I think by now you get the picture that Melissa is one of those people who breaks every rule and lands on her feet. One of the things I really admire about her is that she quits a job as soon as she knows it's not the right fit for her long term.
1. Keep rewriting your story so that it makes sense.
I don't think I've ever told you that Melissa worked at Ogilvy in NYC. Her stint was less than a year, but long enough for her to become an search marketing genius. Not that she's doing anything with that knowledge.
“It's interesting to know,” she told me. “And everyone should live in NYC once in their life. For as long as they can stand it.”
She took a finance job in Hong Kong and retooled her resume to tell a new story: Her developer resume showed a child prodigy programmer becoming an Ogilvy SEO queen. But she changed it to a sales resume where she is an Ogilvy account management and moves seamlessly into hedge fund sales. It's all true. But good storytelling on a resume requires selective shifts in focus for each job description.
2. Do two jobs at once to hide a job that is death to a resume.
Then Melissa quit her private equity job in Hong Kong with tons of tax-free money in her bank account and fled the finance industry to become a nanny in Milan.
It seemed like a great job. There's one kid in the family. He's nine years old and he's in school (the British school) until 3pm. For this, Melissa was earning the equivalent of US$100,000 per year. Here's the area where she was living:
The idea was that she'd hang out in Milan for a year, but she'd also do some sort of official launch of a career coaching business where she helps me put a lot of my individual career coaching online so that I can do more coaching over the phone. And then, I told her, she could drop the nanny job from her resume and say she spent the year building a coaching business. Her resume will look fine.
3. Leave when things get bad. A good resume is not worth a bad year of work.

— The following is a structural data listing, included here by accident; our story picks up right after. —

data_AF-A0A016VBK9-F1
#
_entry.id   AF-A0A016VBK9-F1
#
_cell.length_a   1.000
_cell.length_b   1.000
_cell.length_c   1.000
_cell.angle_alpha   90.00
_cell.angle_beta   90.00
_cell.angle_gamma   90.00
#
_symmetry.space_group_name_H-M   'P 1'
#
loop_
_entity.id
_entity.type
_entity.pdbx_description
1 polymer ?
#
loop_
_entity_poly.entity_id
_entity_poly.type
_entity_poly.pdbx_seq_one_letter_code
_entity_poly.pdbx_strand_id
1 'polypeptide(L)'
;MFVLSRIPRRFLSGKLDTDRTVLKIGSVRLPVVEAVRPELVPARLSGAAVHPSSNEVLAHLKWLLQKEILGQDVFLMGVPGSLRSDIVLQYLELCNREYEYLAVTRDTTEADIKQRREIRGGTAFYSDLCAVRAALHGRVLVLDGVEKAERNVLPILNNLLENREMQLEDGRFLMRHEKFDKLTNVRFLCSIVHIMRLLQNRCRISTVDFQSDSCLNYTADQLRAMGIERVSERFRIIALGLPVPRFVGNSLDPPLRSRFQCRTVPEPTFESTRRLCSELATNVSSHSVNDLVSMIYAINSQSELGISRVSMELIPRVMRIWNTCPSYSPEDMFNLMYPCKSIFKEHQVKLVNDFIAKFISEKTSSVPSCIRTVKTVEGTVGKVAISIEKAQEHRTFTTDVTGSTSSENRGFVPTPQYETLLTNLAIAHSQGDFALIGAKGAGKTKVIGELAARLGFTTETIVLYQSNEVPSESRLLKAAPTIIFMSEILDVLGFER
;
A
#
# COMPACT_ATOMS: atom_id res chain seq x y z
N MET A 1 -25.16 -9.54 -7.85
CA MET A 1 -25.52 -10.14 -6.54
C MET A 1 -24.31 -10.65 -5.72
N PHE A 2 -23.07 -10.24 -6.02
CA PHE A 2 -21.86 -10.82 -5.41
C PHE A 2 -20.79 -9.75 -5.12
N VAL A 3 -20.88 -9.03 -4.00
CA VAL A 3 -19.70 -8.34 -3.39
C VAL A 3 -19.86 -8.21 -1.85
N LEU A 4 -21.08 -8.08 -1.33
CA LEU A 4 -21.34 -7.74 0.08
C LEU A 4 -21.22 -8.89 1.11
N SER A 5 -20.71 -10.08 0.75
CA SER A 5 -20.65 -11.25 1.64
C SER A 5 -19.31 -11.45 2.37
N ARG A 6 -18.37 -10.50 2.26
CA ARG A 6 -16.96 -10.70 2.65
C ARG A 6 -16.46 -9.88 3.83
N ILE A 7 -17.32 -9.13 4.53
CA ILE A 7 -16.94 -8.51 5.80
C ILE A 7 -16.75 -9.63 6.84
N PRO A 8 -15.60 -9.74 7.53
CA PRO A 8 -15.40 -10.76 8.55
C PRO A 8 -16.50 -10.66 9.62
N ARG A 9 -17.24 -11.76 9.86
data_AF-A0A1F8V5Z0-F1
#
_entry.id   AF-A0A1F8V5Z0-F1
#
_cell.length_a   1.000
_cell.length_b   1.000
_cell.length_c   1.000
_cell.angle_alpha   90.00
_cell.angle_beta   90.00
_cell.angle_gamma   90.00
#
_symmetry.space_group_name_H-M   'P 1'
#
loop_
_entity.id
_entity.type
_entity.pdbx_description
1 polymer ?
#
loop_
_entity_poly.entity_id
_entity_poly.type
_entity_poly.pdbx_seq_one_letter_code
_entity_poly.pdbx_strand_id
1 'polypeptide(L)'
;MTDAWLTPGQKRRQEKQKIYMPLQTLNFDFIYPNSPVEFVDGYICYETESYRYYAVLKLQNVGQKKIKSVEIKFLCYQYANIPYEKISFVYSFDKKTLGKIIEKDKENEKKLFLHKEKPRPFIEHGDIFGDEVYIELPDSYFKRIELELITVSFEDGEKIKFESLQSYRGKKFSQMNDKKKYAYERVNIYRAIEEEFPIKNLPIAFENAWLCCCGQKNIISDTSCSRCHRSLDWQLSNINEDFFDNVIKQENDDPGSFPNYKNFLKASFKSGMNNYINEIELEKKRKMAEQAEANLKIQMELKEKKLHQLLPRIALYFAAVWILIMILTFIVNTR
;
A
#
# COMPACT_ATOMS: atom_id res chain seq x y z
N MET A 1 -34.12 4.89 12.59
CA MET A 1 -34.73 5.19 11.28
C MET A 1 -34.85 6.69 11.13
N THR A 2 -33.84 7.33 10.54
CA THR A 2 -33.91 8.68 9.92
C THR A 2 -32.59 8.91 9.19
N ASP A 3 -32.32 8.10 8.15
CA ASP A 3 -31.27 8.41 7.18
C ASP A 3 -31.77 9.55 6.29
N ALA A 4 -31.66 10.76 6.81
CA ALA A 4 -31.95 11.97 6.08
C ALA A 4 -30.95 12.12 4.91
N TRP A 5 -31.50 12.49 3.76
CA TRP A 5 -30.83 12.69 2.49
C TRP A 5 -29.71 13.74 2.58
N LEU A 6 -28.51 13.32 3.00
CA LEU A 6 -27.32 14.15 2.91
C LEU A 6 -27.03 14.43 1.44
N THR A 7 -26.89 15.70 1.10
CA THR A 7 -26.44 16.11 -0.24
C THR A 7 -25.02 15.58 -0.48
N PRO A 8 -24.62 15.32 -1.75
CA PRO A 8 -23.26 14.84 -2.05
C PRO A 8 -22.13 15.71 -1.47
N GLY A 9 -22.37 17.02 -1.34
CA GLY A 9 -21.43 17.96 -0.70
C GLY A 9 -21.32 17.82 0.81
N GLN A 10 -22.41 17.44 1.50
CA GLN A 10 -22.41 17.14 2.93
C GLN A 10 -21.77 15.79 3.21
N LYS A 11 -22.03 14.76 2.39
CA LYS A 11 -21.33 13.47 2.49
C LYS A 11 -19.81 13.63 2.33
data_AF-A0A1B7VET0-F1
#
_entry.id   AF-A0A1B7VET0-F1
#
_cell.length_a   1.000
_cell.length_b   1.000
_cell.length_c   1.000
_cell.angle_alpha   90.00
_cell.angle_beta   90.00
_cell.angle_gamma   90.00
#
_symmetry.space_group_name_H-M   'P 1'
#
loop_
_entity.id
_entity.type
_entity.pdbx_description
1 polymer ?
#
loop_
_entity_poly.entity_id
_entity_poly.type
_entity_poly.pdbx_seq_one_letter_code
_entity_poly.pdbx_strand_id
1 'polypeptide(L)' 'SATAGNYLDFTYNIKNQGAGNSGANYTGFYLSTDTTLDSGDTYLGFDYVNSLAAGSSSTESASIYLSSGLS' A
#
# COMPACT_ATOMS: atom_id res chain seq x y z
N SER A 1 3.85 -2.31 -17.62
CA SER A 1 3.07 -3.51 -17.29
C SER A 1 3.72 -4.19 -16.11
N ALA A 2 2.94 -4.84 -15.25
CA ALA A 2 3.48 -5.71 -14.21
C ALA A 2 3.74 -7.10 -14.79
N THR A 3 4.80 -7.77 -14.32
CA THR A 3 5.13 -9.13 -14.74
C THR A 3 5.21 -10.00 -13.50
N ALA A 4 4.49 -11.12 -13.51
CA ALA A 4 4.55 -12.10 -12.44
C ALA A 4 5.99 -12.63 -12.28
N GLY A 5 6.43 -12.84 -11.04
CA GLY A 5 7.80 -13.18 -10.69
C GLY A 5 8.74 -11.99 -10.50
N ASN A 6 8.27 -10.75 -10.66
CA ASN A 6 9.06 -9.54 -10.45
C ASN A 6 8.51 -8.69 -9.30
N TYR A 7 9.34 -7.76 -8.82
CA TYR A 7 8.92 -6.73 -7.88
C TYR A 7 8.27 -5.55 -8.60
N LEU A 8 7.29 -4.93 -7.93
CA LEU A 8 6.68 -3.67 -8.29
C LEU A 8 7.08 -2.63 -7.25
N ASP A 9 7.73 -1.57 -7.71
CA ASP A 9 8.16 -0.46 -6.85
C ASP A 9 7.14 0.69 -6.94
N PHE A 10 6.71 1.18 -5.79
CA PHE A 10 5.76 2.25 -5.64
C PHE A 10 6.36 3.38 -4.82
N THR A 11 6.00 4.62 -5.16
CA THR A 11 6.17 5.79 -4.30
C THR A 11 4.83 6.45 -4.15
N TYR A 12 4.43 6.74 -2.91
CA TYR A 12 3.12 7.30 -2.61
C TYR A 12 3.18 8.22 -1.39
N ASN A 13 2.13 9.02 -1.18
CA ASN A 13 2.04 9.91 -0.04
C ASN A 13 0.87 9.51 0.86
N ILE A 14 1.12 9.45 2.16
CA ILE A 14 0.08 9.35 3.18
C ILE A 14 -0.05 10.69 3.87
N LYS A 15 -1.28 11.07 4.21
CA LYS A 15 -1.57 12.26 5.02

You'll notice, though, that we never got to the career coaching part.
It turns out that the family is one of the most wealthy in all of Europe. The boy's father inherited a luxury brand that I am not going to name because I'm going to tell you that his kid is a monster.
But first, here's what the job was like. The house has a live-in staff of 35 people, plus security, which was important because the dad has the only complete record of a famous recipe. In his head.
At first Melissa thought her job was to take care of the kid. Then it seemed like maybe Melissa's job was to speak English at dinner so everyone's English stayed good. But really, only the dad talked with Melissa. About business. And she found herself researching topics in the day to talk to him about at night.
When the dad was gone on a business trip, it seemed like Melissa's job was to take care of the mom, who has never worked outside the home and does not appear to have any duties inside the home. So, for example, when the family went to the weekend house in Switzerland, the dad and the boy rode together in one limo and the mom and Melissa rode together in a second limo.
The first problem was that the job was insanely boring. Dinner discussions with the dad were interesting. But in general, the assumption at this house is that the life of the super rich is so interesting that it makes intellectual stimulation unnecessary. People spend their lives on the compound, raising their children there, exchanging their own lives for the glow of the household-palace they serve.
Melissa said, “I had too privileged a childhood to think this life is interesting enough to stay.”